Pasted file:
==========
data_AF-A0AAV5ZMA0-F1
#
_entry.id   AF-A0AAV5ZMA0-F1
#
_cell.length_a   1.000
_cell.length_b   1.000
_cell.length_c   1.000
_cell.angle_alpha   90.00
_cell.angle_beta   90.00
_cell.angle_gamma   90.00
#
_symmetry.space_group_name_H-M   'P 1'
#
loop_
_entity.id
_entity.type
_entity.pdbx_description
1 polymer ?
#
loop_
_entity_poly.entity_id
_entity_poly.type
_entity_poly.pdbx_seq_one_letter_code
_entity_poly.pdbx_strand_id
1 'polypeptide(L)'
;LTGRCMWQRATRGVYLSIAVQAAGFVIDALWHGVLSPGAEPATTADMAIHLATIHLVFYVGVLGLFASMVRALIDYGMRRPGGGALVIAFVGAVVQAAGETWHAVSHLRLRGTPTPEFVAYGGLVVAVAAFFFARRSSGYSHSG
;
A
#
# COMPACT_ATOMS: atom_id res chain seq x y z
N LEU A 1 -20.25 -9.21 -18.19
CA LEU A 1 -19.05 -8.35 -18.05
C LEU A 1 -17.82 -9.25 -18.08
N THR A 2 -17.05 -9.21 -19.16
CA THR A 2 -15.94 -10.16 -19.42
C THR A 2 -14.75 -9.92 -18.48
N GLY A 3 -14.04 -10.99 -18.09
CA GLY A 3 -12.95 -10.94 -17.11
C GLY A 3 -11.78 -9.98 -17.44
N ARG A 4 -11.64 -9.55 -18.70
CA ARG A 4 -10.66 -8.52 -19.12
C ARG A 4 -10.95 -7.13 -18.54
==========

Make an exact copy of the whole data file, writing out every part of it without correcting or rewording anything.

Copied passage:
data_AF-A0AAV5ZMA0-F1
#
_entry.id   AF-A0AAV5ZMA0-F1
#
_cell.length_a   1.000
_cell.length_b   1.000
_cell.length_c   1.000
_cell.angle_alpha   90.00
_cell.angle_beta   90.00
_cell.angle_gamma   90.00
#
_symmetry.space_group_name_H-M   'P 1'
#
loop_
_entity.id
_entity.type
_entity.pdbx_description
1 polymer ?
#
loop_
_entity_poly.entity_id
_entity_poly.type
_entity_poly.pdbx_seq_one_letter_code
_entity_poly.pdbx_strand_id
1 'polypeptide(L)'
;LTGRCMWQRATRGVYLSIAVQAAGFVIDALWHGVLSPGAEPATTADMAIHLATIHLVFYVGVLGLFASMVRALIDYGMRRPGGGALVIAFVGAVVQAAGETWHAVSHLRLRGTPTPEFVAYGGLVVAVAAFFFARRSSGYSHSG
;
A
#
# COMPACT_ATOMS: atom_id res chain seq x y z
N LEU A 1 -20.25 -9.21 -18.19
CA LEU A 1 -19.05 -8.35 -18.05
C LEU A 1 -17.82 -9.25 -18.08
N THR A 2 -17.05 -9.21 -19.16
CA THR A 2 -15.94 -10.16 -19.42
C THR A 2 -14.75 -9.92 -18.48
N GLY A 3 -14.04 -10.99 -18.09
CA GLY A 3 -12.95 -10.94 -17.11
C GLY A 3 -11.78 -9.98 -17.44
N ARG A 4 -11.64 -9.55 -18.70
CA ARG A 4 -10.66 -8.52 -19.12
C ARG A 4 -10.95 -7.13 -18.54